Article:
- Now go to the Medium pile and look through those worksheets. The ones in there that are rather bad get moved to the pile between Worst and Medium. The ones that are about average you can leave right there in the Medium pile. The ones that are a little bit better you then move to a new pile between the Medium and Best piles.
- Now go to the Best pile and look through those worksheets. The ones in there that are the very best stay in that very same pile. The ones that are not the absolute best you move to the pile between Medium and Best.
- Once you’re done with that, you’ll have five piles. The Worst pile is Poor (1 point). The next pile over, between Worst and Medium becomes Fair (2 points). The middle pile becomes Good (3 points). The pile between Medium and Best becomes Very Good (4 points) and the Best pile becomes Excellent (5 points).
- Repeat the procedure for each recitation section you teach.
Don’t agonize over fractional points! There’s only 5 categories, with integer scores between 1 and 5, and that’s it. If you find yourself trying to decide between, for example, a 3.5 and a 4, let it go and just pick whichever category (3 or 4) best fits.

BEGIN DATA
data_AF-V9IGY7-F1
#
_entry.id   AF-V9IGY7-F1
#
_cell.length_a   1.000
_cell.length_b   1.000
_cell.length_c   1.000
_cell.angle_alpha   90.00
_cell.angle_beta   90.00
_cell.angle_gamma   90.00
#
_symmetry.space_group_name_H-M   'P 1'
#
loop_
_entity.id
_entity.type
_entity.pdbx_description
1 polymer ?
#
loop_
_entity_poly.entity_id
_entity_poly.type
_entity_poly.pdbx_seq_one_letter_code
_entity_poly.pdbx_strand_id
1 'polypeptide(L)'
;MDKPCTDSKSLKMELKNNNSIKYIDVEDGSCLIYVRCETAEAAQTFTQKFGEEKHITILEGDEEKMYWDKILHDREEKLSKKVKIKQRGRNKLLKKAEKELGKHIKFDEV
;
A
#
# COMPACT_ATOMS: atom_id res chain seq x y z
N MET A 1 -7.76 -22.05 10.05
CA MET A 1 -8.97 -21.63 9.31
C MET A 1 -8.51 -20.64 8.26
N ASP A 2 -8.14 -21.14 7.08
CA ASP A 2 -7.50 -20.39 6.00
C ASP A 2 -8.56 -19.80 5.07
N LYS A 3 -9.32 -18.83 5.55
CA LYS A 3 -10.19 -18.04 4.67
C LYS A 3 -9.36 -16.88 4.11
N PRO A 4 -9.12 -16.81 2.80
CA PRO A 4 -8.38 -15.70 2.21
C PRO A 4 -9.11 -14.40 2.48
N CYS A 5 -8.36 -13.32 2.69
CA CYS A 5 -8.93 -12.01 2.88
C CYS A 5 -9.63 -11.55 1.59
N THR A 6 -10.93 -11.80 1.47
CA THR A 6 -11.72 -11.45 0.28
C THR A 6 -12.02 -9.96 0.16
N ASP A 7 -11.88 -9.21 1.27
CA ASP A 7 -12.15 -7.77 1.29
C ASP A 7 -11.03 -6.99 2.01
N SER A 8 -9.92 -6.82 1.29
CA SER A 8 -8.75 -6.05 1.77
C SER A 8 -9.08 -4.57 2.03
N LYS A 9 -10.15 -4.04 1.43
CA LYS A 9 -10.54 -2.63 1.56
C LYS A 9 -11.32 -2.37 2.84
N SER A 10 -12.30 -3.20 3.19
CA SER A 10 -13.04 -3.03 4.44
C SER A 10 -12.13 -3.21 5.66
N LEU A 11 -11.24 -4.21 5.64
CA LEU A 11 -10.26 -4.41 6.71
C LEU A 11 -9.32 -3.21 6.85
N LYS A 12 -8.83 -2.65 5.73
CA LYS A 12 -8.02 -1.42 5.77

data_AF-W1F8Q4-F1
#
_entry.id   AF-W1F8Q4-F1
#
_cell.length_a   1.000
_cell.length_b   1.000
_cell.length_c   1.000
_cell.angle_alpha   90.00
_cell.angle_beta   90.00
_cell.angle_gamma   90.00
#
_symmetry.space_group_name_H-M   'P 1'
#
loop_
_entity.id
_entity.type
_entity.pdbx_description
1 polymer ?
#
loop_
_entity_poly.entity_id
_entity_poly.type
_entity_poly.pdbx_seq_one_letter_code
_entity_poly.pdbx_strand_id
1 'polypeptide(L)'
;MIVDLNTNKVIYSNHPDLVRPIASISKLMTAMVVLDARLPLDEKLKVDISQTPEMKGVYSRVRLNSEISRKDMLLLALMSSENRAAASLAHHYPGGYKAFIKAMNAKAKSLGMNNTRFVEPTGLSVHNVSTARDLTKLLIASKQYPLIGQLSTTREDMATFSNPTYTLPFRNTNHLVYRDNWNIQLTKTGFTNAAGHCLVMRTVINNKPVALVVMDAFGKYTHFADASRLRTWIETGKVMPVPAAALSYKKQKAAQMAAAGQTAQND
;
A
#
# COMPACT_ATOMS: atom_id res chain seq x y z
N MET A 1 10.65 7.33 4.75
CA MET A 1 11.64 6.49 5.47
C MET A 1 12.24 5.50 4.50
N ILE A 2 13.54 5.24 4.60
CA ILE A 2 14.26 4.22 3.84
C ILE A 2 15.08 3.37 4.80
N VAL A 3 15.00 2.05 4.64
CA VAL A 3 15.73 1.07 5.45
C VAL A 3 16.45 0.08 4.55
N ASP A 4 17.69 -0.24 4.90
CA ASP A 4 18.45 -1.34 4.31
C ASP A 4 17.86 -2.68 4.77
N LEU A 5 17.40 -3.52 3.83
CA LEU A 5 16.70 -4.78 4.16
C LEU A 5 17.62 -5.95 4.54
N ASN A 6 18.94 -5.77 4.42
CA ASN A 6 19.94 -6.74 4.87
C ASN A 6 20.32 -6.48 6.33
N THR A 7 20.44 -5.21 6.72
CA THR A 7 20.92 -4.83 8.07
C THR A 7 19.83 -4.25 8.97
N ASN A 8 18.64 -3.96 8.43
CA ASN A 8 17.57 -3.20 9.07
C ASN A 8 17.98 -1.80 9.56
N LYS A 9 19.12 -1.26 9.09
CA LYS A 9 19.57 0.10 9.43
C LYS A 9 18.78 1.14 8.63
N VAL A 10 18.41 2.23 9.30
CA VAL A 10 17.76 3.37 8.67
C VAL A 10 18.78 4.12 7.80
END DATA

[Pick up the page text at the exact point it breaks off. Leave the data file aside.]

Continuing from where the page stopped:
Remember that we’re not looking for perfectly correct solutions. A worksheet that shows the correct procedure and is well-organized and detailed but has the wrong answer because the student did the math wrong can still earn an Excellent. Similarly, a worksheet that has the correct final answer but shows no work at all towards achieving that solution should be labeled Poor.
In addition to writing down the score (1 to 5 points) on the worksheet (remember that you’ll give these back to the students the following week), you’ll need to write down each student’s recitation score next to their name in the sign-in sheet. Remember that each recitation meeting is worth 10 points, with 5 points for participation and 5 points for the written work. After you write down all the students’ scores on the sign-in sheet, you’ll need to copy those scores into an electronic spreadsheet that Jarrio/Murray will send you at the start of the semester.
Every week you need to send the grades spreadsheet to Jarrio/Murray (who you contact depends on whether you’re TA’ing 2211 or 2212), and also stop by his office to give him the completed sign-in sheet (with student signatures and recitation scores).